Dynamic Changes in Meiotic Progression: INTRODUCTION
Pig oocytes have been successfully matured and fertilized in vitro (IVF), and in vitro culture (IVC) conditions that support development to the blastocyst stage have been established. Recent work has focused on improving the culture conditions for in vitro maturation (IVM) to improve the efficiency of in vitro production (IVP) of embryos. In early studies of pig IVM/IVF, nuclear maturation was achieved, but problems existed with poor male pronuclear (MPN) formation and polyspermic fertilization. This showed that cytoplasmic maturation as well as nuclear maturation was necessary for the IVP of viable embryos. Poor MPN formation is avoided by supplementing the maturation medium with cysteine to increase the concentration of glutathione in matured oocytes, but the problem of polyspermy remains. Further modification of the maturation medium is required to improve oocyte developmental competence and blastocyst yield. Despite numerous attempts, few laboratories achieve rates of blastocyst development greater than 30%. buy zyrtec online
A better understanding of the inter- and intracellular processes underlying oocyte maturation is essential to improve pig IVP. Many factors are beneficial for oocyte maturation and subsequent embryo development, but their mechanisms of action are poorly understood. In particular, it is not known precisely how FSH and/or LH influence oocyte maturation. These hormones commonly are added to maturation medium, because in vivo, the gonadotropin surge induces oocyte maturation in preovulatory follicles. However, oocytes removed from follicles will mature spontaneously in the absence of FSH and LH. Epidermal growth factor (EGF) has an effect on oocyte IVM similar to that of gonadotropins and may be used in the medium, but it may have differential effects on nuclear and cytoplasmic maturation. Previous studies concerning the influence of these treatments on nuclear maturation investigated only the accumulated rate of attainment of metaphase II (MII), ignoring the dynamics of meiotic progression and its relationship to cytoplasmic maturation and developmental competence. In addition, most previous studies used complex maturation media containing follicular cell constituents, follicular fluid or serum, in which unspecified hormones and growth factors may have been present.
It is possible that aspirated oocytes may have already acquired developmental competence, with only limited potential for change during conventional culture. Oocytes from larger follicles usually are more competent than those from smaller ones, and those from sows develop better than those from prepubertal gilts. The heterogeneity of oocytes from different sources leads to asynchronous meiotic progression during IVM, especially because pig oocytes need a longer culture period than those of other species. Although oocytes usually are ‘‘fully grown’’ in middle- or large-sized follicles, they are less developmentally competent when matured in vitro than when they are matured in vivo. This may be caused by removal of a final growth or maturation phase. Reducing nuclear morphological variation (meiotic synchronization) before maturation, by preincubation without gonadotropins or with dibutyryl cAMP (dbcAMP), appears to enhance pig oocyte developmental potential. However, the latter treatment does not improve the development of embryos reconstructed by somatic nuclear transfer.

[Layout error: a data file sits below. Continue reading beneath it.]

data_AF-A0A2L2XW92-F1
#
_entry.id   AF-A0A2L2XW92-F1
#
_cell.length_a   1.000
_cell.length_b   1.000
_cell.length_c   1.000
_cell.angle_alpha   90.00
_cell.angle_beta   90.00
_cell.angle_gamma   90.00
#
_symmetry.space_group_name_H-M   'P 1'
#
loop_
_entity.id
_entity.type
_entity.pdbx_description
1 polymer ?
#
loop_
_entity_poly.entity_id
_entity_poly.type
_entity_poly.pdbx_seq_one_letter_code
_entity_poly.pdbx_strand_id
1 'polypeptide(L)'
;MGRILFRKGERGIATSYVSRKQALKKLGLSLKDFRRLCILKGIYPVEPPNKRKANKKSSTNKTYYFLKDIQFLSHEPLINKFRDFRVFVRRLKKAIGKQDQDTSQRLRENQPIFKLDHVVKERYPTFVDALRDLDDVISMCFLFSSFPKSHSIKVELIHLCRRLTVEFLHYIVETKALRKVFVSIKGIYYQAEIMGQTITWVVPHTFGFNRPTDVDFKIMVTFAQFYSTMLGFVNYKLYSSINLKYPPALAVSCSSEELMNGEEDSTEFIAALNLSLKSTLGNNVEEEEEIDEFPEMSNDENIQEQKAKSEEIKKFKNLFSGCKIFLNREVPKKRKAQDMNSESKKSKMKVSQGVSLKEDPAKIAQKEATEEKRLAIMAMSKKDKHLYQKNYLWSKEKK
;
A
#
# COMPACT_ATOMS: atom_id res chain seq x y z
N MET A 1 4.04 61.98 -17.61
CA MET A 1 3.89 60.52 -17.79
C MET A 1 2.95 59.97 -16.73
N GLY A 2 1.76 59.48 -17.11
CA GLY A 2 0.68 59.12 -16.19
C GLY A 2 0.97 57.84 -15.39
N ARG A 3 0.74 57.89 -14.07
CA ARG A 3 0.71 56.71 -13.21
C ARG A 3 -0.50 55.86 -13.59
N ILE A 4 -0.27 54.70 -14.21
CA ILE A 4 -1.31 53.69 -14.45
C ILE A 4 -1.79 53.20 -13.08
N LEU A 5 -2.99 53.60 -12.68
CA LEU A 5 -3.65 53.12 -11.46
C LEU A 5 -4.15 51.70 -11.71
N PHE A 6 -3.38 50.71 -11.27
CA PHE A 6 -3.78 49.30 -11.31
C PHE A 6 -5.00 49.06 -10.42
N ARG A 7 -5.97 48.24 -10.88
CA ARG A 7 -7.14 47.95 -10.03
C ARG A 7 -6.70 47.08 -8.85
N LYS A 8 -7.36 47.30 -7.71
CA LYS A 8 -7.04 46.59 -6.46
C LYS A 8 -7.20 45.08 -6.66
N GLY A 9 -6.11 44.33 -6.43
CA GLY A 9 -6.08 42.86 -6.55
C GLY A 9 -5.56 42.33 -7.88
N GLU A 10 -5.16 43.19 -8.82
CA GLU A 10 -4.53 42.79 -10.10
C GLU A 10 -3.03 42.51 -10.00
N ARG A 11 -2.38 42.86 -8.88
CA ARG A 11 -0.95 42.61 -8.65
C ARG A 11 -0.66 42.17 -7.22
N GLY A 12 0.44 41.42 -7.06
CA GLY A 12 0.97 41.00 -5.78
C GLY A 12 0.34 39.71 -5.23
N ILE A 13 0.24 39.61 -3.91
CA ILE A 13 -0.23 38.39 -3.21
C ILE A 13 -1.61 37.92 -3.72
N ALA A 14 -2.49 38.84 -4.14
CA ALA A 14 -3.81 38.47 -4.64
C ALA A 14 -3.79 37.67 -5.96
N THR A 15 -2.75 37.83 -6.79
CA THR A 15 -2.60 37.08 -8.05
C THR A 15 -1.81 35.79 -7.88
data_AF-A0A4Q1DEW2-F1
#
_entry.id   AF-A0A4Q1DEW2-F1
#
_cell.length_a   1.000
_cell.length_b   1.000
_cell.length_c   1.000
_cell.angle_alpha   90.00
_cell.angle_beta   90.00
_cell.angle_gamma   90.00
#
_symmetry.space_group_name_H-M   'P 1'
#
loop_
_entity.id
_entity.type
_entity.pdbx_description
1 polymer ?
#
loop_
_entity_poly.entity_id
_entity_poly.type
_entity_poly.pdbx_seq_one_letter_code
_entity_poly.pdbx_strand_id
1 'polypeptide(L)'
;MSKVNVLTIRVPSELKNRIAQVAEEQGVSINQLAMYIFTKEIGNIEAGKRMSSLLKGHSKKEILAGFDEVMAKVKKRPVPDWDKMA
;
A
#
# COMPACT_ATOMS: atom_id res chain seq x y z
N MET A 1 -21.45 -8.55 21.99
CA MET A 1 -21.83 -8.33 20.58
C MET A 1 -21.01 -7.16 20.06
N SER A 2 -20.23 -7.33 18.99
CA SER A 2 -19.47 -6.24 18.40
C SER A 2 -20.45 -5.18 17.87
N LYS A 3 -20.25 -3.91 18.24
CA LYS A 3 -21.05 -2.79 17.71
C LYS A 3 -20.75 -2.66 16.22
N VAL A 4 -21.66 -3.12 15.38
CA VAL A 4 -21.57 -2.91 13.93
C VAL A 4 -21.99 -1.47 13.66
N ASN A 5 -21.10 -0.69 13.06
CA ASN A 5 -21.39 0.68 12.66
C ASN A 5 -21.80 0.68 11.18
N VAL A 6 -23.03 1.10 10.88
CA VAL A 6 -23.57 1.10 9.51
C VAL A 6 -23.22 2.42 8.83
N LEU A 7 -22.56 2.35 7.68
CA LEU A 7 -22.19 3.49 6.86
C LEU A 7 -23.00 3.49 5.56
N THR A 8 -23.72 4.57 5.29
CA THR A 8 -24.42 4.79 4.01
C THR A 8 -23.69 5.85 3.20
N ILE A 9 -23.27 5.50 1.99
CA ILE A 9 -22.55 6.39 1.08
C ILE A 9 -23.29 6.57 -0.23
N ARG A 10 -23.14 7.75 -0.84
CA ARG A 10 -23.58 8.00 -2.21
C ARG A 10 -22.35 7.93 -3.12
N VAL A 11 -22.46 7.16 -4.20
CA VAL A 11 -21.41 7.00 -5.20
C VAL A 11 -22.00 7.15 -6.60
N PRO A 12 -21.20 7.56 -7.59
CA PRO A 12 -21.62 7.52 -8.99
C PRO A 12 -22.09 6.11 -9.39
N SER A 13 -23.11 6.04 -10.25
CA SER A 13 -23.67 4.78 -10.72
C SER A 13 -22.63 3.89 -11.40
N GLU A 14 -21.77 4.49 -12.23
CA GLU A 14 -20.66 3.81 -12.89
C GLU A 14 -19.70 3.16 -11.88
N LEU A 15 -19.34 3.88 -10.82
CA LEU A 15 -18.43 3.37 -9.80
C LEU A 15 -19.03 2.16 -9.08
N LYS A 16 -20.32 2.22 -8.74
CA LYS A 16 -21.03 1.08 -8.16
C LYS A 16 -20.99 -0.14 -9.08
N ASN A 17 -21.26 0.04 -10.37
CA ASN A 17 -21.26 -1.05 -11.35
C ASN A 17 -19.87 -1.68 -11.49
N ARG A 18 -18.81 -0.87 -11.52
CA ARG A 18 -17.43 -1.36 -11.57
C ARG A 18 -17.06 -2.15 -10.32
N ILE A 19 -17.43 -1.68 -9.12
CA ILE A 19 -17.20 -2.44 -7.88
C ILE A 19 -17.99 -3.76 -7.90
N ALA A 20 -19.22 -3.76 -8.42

In vivo administration of FSH (‘‘coasting’’ for 2 days) and LH before oocyte aspiration by ovum pickup results in approximately 80% of bovine oocytes developing to blastocysts following IVPs. To allow a similar treatment in vitro, meiosis needs to be reversibly arrested. This can be achieved physiologically by coculture with different follicle components, such as theca cells, but the identity of the meiosis inhibitor is unknown. Recently, bu-tyrolactone I and roscovitine, which are specific inhibitors of Cdc2 (a universal G2/M-phase regulator in eukaryotic cells), have been found to arrest meiosis in vitro. These drugs reversibly block meiotic resumption and may be used to synchronize subsequent nuclear maturation. However, there is little evidence to suggest any significant improvement in oocyte developmental competence, and to our knowledge, no proof of full-term development in any species has been reported.
Protein synthesis is essential for meiotic resumption of oocytes in vitro in the pig, as in some other mammals. Cycloheximide (CHX), a nonspecific protein-synthesis inhibitor, can reversibly block meiotic resumption in porcine and bovine oocytes. The CHX-pretreated and matured bovine oocytes can be successfully fertilized, and they develop to the blastocyst stage at a rate similar to that of untreated ones. The birth of live calves from CHX-pretreated oocytes has confirmed that the effect of CHX truly is reversible.
A reliable culture system in a relatively simple, defined maturation medium, together with a highly predictable meiotic progression, is necessary to study the effects of any given factor on oocyte maturation and to assess developmental capacity. We have shown that nuclear maturation of pig oocytes can be efficiently synchronized at the germinal vesicle (GV) stage by pretreatment with CHX. Le Beux et al. have reported that CHX is more effective than butylactone or roscovitine for achieving reversible meiotic arrest of porcine oocytes. However, it remains unknown whether CHX treatment can affect fertilization or subsequent embryo development. The present study examined the effects of FSH, LH, and eGf on the nuclear dynamics of pig oocyte maturation and evaluated the feasibility of producing pig embryos from CHX-pretreated oocytes.